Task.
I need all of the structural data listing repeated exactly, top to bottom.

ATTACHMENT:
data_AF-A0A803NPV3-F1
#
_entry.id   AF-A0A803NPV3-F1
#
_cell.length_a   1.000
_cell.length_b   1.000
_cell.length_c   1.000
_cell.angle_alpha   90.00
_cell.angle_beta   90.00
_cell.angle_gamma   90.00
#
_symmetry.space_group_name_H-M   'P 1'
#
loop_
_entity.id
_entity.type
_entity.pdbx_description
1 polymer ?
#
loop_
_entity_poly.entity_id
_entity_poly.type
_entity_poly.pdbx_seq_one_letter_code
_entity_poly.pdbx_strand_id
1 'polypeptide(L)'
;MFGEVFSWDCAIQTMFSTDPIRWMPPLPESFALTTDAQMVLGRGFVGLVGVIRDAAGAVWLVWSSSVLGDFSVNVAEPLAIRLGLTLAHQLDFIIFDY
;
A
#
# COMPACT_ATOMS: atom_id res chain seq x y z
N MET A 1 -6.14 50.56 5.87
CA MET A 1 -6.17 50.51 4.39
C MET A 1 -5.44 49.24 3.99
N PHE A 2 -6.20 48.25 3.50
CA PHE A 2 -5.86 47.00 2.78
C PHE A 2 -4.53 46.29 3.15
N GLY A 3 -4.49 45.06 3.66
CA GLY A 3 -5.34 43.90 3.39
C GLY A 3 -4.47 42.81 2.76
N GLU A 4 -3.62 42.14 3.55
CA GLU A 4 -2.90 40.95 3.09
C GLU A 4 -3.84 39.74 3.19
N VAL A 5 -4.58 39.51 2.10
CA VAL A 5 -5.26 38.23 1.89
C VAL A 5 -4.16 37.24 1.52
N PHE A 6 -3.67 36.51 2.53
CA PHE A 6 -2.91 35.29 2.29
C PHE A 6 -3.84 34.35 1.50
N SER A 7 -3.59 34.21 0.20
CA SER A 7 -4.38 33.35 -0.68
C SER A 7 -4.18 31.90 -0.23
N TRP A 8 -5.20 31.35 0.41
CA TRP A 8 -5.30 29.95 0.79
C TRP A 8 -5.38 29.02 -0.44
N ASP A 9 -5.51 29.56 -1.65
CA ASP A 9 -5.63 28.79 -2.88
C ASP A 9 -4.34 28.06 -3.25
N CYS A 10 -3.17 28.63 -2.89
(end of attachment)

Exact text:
data_AF-A0A803NPV3-F1
#
_entry.id   AF-A0A803NPV3-F1
#
_cell.length_a   1.000
_cell.length_b   1.000
_cell.length_c   1.000
_cell.angle_alpha   90.00
_cell.angle_beta   90.00
_cell.angle_gamma   90.00
#
_symmetry.space_group_name_H-M   'P 1'
#
loop_
_entity.id
_entity.type
_entity.pdbx_description
1 polymer ?
#
loop_
_entity_poly.entity_id
_entity_poly.type
_entity_poly.pdbx_seq_one_letter_code
_entity_poly.pdbx_strand_id
1 'polypeptide(L)'
;MFGEVFSWDCAIQTMFSTDPIRWMPPLPESFALTTDAQMVLGRGFVGLVGVIRDAAGAVWLVWSSSVLGDFSVNVAEPLAIRLGLTLAHQLDFIIFDY
;
A
#
# COMPACT_ATOMS: atom_id res chain seq x y z
N MET A 1 -6.14 50.56 5.87
CA MET A 1 -6.17 50.51 4.39
C MET A 1 -5.44 49.24 3.99
N PHE A 2 -6.20 48.25 3.50
CA PHE A 2 -5.86 47.00 2.78
C PHE A 2 -4.53 46.29 3.15
N GLY A 3 -4.49 45.06 3.66
CA GLY A 3 -5.34 43.90 3.39
C GLY A 3 -4.47 42.81 2.76
N GLU A 4 -3.62 42.14 3.55
CA GLU A 4 -2.90 40.95 3.09
C GLU A 4 -3.84 39.74 3.19
N VAL A 5 -4.58 39.51 2.10
CA VAL A 5 -5.26 38.23 1.89
C VAL A 5 -4.16 37.24 1.52
N PHE A 6 -3.67 36.51 2.53
CA PHE A 6 -2.91 35.29 2.29
C PHE A 6 -3.84 34.35 1.50
N SER A 7 -3.59 34.21 0.20
CA SER A 7 -4.38 33.35 -0.68
C SER A 7 -4.18 31.90 -0.23
N TRP A 8 -5.20 31.35 0.41
CA TRP A 8 -5.30 29.95 0.79
C TRP A 8 -5.38 29.02 -0.44
N ASP A 9 -5.51 29.56 -1.65
CA ASP A 9 -5.63 28.79 -2.88
C ASP A 9 -4.34 28.06 -3.25
N CYS A 10 -3.17 28.63 -2.89